Former Massey Energy chief executive Don Blankenship speaks to supporters May 8 in Charleston, W.Va. (Tyler Evert/AP)

Former coal baron Don Blankenship has been snubbed by President Trump, defeated in West Virginia’s GOP Senate primary and called to account for a safety record that is blamed for a disastrous mine explosion.

Yet Blankenship, who received a private post-primary phone call from Trump, won’t give up. He announced this past week that he will run for Senate as the nominee of the Constitution Party and continue his campaign, launched from a prison cell, to prove that he was wronged.

Blankenship was the chief executive of Massey Energy in April 2010 when an explosion killed 29 coal miners at the company’s mine in Upper Big Branch, W.Va. Citing a litany of safety lapses, a judge in April 2016 sentenced him to a year in prison, the maximum for a misdemeanor, and fined him $250,000.

The mustachioed coal baron didn’t agree. In a 67-page manifesto titled “An American Political Prisoner,” written from federal prison, Blankenship said that “our justice system is broken” and that he was not responsible for the Upper Big Branch tragedy.

He said that federal regulators lied and that prosecutors “did everything they could to ensure my conviction, despite knowing I was innocent of the charges against me.”

Now Blankenship — who describes himself as “Trumpier than Trump” and “the most anti-establishment candidate in the nation” — is running as a third-party candidate against his longtime nemesis, Sen. Joe Manchin III (D-W.Va.), as well as the low-key GOP primary winner, state Attorney General Patrick Morrisey.

Republicans fear that he could end up playing the spoiler, leaving a vulnerable seat in Democratic hands in a state Trump carried in a landslide, with 68.5 percent of the vote. And many say that Blankenship is not allowed to run, citing a West Virginia “sour grapes” law that bars candidates who lose in one party’s primary from changing registration to a “minor party organization” to get on the ballot.

“This time we won’t get surprised by the lying establishment,” Blankenship said in a Facebook post Monday. He blamed his primary defeat on a Trump tweet that said Blankenship couldn’t win the general election.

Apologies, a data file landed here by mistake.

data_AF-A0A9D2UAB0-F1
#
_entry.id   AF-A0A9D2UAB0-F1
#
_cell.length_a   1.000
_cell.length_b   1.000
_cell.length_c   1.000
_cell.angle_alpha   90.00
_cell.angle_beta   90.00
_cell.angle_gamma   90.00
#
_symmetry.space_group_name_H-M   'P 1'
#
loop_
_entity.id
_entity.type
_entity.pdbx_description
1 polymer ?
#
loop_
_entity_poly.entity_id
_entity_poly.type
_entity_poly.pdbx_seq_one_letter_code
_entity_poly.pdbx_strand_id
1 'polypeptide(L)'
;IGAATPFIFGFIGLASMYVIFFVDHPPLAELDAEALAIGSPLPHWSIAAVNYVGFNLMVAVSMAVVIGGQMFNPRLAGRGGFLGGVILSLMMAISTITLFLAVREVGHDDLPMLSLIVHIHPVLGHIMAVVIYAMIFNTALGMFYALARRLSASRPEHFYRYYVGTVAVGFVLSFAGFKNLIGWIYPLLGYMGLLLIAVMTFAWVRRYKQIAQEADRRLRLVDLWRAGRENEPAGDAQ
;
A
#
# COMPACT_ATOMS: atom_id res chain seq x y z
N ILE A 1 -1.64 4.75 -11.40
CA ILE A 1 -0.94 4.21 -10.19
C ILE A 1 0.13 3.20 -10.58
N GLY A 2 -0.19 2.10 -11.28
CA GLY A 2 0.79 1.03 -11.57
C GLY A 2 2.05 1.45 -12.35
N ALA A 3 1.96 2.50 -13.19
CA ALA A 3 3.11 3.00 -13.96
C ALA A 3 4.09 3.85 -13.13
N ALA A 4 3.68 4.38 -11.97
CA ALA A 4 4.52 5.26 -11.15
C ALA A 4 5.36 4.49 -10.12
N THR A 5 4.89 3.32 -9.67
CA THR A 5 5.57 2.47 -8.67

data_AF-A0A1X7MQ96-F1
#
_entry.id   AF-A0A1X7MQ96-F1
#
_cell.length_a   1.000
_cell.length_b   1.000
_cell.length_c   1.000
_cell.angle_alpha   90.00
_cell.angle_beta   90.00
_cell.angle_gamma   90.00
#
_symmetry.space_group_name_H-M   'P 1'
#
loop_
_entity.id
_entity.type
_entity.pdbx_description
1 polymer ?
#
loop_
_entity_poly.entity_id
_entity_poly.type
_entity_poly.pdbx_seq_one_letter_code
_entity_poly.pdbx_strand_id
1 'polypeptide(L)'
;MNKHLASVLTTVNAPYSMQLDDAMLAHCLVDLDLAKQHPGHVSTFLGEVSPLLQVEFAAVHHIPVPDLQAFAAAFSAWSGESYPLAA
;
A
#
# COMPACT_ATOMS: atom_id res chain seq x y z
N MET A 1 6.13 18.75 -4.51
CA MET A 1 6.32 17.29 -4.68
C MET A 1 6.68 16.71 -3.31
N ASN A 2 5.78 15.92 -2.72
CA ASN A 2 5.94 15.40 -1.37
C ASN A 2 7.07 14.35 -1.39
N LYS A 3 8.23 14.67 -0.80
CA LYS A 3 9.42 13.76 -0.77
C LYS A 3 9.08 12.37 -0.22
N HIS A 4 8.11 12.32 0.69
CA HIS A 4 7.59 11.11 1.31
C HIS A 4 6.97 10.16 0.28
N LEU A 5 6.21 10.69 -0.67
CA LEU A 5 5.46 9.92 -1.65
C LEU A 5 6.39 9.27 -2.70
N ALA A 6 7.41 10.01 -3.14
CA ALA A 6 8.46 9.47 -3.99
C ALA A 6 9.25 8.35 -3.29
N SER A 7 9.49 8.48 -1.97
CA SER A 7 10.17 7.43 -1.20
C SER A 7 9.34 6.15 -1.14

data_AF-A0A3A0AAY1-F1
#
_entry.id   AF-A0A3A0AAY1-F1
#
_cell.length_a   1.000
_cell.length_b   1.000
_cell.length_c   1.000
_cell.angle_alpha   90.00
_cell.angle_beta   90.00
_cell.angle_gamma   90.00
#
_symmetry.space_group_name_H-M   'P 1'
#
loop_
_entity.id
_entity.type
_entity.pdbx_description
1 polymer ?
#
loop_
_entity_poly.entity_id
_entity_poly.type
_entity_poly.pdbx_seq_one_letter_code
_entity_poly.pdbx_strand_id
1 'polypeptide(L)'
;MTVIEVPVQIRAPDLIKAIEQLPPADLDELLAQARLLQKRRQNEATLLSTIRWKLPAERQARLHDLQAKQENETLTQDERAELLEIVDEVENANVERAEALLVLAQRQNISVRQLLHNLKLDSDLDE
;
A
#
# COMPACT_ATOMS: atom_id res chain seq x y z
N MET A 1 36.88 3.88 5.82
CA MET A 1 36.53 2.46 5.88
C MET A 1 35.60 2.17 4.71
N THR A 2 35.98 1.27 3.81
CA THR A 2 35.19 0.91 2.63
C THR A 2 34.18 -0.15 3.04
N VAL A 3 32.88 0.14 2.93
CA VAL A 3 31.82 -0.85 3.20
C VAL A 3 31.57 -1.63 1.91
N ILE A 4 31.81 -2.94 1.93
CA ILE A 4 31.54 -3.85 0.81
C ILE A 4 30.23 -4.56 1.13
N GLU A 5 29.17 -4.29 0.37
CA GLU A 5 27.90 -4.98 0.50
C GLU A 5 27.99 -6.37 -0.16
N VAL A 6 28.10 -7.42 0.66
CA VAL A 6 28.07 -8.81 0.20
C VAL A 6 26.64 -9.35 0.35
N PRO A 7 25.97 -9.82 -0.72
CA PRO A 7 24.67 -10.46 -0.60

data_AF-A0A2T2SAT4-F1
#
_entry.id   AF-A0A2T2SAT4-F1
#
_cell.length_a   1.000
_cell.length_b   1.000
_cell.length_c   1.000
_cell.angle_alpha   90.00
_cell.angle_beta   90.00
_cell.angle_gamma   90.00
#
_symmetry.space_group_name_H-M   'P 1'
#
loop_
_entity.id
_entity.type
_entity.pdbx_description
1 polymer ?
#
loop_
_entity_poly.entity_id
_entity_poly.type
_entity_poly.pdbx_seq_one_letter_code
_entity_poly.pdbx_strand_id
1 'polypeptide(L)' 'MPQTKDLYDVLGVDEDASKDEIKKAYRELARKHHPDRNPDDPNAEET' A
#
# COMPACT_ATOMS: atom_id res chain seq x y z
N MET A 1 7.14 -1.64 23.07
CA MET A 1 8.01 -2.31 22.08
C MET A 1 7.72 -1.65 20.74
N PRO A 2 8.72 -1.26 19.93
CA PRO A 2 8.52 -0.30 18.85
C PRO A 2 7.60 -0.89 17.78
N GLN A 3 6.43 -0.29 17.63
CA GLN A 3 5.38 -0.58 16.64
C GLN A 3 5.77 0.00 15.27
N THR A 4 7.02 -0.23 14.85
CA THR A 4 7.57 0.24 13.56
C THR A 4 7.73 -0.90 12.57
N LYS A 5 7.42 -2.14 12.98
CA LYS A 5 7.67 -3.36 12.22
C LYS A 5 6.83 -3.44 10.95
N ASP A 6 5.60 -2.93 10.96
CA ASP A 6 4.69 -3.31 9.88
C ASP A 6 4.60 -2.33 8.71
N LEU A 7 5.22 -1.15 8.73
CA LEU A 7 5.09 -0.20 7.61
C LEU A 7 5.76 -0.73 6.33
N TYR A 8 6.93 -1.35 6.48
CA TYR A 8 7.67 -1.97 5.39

Blankenship said he had been “assured by White House political staff that they would not interfere in the primary election.”

Like Trump, Blankenship is hoping that by touting his corporate experience and promising to bring back mining jobs, he will strike a chord in a state that ranks 48th in the nation in per capita income.

It’s an unlikely campaign pitch. The Bureau of Labor Statistics says that mining and logging together employed 23,000 people in West Virginia in March — just 3.1 percent of total employment in the state. Growth in construction, tourism and education has driven the state’s unemployment rate down to 5.4 percent.

But talking about coal jobs has become a type of political shorthand, a way to appeal to West Virginians who would never set foot in a coal mine but who share Blankenship’s sense of unfairness and his desire to shake up the political establishment.

Blankenship is “a larger-than-life figure, just like Trump, and there are certain people who are attracted to folks like that,” said Tony Oppegard, a former mine-safety regulator and a lawyer who represents miners in safety cases. “He’s extremely wealthy, so he can also flood the airwaves with his message. He’s spent millions of dollars of his own money and far outspent the other two guys.”

Oppegard added: “There is a segment of the population that, regardless of what he did, will say, ‘Well, his mines employed a lot of people, and we’re going through hard times, and he was a job creator.’ There is some truth to that. The question is: At what cost?”